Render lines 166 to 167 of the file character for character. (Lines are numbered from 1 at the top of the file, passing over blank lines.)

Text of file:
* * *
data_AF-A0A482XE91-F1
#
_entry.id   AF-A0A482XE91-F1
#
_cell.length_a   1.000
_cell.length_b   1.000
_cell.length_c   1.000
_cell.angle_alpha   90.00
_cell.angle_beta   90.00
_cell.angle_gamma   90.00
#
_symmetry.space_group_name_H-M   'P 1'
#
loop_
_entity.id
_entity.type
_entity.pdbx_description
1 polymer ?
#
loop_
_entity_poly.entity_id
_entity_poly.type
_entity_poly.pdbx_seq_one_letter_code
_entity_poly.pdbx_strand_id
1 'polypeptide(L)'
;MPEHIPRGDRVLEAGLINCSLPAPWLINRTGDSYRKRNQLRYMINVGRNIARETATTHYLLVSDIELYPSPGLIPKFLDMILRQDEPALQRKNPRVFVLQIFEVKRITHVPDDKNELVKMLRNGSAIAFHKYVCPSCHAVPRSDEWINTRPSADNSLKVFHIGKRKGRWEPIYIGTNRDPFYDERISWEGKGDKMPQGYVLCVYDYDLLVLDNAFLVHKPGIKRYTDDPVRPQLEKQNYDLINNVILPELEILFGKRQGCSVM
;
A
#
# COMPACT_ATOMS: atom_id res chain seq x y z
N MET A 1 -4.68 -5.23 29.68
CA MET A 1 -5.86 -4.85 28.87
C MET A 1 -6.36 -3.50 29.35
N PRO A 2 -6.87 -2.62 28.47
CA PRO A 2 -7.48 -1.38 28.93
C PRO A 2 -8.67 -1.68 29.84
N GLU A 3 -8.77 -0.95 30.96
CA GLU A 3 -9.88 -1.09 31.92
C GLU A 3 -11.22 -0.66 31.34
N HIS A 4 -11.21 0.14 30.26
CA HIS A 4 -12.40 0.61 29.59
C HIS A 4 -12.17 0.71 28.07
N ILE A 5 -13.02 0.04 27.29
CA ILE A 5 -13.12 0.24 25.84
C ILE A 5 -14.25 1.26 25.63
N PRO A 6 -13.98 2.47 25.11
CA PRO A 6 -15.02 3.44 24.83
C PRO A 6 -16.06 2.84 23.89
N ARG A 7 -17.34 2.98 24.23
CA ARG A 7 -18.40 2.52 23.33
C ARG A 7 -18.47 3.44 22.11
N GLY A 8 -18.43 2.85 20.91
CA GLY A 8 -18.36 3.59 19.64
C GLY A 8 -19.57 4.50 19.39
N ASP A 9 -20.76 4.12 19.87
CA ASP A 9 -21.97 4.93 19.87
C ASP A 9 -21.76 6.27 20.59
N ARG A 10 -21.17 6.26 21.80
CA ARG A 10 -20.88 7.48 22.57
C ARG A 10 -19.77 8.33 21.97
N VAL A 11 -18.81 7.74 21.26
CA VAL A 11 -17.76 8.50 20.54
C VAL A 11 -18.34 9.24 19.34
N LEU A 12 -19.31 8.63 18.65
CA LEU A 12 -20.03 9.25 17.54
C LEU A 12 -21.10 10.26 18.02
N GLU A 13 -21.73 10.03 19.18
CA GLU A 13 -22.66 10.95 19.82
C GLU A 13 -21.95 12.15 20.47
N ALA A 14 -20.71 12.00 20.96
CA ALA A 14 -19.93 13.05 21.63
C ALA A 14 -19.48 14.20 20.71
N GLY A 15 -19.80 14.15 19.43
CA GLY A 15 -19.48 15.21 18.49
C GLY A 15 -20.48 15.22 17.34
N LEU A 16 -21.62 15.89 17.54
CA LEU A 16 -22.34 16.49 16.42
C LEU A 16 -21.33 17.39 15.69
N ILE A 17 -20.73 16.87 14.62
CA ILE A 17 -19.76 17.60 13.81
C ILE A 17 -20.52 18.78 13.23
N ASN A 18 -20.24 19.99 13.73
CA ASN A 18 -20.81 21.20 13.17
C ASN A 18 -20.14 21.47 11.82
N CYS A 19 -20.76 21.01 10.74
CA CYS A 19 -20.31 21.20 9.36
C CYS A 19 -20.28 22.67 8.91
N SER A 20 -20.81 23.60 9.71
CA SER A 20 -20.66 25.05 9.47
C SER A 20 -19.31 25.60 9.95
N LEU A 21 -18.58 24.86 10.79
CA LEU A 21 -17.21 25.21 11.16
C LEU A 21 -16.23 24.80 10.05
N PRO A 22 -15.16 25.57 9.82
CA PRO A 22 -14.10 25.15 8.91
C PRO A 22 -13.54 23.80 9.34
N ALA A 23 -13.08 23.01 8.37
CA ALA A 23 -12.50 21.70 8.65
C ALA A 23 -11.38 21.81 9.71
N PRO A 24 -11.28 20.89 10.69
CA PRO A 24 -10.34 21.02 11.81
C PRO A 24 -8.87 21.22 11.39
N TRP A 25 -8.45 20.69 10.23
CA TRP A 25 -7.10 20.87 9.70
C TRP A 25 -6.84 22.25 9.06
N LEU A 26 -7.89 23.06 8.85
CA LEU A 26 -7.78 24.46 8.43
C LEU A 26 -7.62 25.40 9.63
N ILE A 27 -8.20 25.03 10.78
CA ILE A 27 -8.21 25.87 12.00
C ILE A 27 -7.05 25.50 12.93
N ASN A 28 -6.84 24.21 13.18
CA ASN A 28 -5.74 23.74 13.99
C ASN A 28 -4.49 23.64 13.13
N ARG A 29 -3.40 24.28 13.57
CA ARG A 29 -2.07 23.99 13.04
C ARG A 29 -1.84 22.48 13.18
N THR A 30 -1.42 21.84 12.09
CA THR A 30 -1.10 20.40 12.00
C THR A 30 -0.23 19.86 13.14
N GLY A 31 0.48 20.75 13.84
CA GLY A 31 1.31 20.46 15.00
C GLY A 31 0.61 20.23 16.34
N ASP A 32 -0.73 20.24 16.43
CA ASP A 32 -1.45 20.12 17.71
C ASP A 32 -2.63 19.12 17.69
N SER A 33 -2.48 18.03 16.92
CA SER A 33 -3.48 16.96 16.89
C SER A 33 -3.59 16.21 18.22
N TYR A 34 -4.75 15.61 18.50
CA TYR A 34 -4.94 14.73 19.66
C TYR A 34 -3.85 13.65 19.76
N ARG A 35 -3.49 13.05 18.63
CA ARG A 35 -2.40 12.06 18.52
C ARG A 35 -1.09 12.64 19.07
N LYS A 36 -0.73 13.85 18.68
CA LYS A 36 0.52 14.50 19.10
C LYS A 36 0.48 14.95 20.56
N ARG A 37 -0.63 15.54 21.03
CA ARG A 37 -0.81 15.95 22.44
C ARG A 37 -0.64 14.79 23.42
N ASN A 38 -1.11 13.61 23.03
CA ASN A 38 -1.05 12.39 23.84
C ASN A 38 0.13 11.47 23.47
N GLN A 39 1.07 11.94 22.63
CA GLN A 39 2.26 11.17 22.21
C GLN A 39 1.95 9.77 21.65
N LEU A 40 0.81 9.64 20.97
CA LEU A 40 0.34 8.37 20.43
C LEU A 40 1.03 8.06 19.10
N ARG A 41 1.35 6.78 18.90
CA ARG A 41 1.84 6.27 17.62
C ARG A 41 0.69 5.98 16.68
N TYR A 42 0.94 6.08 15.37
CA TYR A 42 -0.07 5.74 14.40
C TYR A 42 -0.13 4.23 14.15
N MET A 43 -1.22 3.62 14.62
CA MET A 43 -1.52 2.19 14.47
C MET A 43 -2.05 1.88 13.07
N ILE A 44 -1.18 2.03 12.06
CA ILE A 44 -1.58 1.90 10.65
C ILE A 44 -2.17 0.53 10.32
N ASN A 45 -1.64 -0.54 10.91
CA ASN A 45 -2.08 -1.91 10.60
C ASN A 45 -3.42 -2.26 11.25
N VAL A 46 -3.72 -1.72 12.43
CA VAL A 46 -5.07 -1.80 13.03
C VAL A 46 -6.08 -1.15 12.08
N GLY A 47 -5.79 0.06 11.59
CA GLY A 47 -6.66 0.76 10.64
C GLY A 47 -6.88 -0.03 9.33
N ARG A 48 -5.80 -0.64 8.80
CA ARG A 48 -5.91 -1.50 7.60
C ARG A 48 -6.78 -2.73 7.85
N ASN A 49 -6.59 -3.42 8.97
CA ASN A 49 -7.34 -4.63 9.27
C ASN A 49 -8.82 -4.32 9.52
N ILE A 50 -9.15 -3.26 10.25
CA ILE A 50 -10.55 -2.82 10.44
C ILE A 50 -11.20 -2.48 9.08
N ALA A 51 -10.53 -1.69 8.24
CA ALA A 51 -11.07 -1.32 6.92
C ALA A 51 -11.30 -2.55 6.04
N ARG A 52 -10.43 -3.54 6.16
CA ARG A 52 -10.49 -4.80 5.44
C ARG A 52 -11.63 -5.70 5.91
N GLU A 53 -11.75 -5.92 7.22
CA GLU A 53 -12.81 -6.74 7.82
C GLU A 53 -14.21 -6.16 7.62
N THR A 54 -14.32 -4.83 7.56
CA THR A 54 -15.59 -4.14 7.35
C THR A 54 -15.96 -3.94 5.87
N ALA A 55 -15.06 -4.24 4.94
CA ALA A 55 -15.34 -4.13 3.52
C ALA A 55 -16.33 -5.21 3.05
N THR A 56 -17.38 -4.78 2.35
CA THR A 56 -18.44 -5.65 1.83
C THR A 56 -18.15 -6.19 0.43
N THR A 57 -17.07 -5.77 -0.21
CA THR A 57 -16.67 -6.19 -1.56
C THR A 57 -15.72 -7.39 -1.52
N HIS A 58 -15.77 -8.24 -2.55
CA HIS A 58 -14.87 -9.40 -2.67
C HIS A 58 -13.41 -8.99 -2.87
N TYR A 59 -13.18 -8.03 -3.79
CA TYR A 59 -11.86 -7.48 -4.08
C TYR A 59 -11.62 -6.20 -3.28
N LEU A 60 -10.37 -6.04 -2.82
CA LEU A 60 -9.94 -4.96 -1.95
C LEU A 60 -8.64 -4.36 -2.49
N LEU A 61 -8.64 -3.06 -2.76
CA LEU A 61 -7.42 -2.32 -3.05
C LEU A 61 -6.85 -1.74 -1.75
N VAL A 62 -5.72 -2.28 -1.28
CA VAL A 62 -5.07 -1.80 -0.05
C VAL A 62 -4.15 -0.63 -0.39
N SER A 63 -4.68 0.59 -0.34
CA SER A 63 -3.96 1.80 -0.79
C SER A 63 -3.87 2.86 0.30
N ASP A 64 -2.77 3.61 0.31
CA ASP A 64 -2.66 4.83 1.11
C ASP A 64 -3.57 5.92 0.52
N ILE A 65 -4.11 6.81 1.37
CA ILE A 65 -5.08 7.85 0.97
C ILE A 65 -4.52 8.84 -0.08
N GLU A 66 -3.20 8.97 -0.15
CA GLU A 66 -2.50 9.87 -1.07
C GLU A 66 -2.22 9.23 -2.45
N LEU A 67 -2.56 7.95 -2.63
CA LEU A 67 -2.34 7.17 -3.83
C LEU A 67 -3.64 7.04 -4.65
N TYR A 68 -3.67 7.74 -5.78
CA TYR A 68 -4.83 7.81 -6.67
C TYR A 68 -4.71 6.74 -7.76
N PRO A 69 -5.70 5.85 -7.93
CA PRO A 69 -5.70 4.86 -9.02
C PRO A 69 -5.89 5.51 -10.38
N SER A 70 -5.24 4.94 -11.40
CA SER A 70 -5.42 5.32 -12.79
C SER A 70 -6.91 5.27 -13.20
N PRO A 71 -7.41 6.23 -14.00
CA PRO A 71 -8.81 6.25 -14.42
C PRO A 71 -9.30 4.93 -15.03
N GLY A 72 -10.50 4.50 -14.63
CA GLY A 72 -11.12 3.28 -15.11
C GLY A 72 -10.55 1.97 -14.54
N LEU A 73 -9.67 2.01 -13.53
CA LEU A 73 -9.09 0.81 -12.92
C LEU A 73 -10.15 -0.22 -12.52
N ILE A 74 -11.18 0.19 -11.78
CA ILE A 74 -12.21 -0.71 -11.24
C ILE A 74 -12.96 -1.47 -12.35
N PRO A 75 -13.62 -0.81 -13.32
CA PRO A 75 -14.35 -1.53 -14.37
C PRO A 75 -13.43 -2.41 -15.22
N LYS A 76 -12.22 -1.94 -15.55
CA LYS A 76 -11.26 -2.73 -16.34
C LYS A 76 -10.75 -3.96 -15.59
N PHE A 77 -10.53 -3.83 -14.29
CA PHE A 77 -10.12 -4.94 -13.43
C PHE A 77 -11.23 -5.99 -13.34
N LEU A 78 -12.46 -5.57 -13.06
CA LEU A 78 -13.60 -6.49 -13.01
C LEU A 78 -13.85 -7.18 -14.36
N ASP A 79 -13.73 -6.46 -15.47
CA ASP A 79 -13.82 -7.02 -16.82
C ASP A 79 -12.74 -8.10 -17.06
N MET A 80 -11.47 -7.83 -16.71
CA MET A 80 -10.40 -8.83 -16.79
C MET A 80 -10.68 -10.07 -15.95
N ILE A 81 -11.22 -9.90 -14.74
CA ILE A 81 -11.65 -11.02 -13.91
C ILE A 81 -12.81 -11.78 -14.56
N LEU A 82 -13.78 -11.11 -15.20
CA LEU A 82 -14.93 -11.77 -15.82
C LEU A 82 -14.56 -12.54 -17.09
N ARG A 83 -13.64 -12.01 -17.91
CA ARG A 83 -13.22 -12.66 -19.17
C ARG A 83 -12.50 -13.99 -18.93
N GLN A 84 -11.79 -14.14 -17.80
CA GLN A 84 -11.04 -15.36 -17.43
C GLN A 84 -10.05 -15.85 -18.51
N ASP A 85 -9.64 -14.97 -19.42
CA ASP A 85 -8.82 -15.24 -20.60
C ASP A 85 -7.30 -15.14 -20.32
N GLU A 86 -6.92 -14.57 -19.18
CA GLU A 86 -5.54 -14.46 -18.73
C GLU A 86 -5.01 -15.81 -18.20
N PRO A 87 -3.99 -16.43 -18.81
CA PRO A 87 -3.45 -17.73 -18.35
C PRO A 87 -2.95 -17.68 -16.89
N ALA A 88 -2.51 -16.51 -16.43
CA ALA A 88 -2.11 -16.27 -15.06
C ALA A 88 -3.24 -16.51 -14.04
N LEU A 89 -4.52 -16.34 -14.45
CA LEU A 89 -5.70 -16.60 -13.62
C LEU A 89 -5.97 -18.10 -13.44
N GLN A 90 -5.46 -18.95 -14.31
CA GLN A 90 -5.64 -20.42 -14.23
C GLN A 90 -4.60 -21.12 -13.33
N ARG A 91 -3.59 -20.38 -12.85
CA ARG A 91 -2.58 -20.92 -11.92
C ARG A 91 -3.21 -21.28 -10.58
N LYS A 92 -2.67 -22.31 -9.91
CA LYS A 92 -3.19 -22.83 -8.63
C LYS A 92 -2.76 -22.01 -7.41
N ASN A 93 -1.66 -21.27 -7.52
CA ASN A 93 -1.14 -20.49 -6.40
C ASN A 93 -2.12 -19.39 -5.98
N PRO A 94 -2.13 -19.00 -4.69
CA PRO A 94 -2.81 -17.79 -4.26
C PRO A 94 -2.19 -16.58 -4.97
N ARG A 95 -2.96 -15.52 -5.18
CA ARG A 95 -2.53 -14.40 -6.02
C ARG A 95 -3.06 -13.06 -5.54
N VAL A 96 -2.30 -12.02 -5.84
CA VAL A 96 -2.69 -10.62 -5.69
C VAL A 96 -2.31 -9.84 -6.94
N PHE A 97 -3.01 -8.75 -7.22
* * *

N VAL A 46 -3.72 -1.72 12.43
CA VAL A 46 -5.07 -1.80 13.03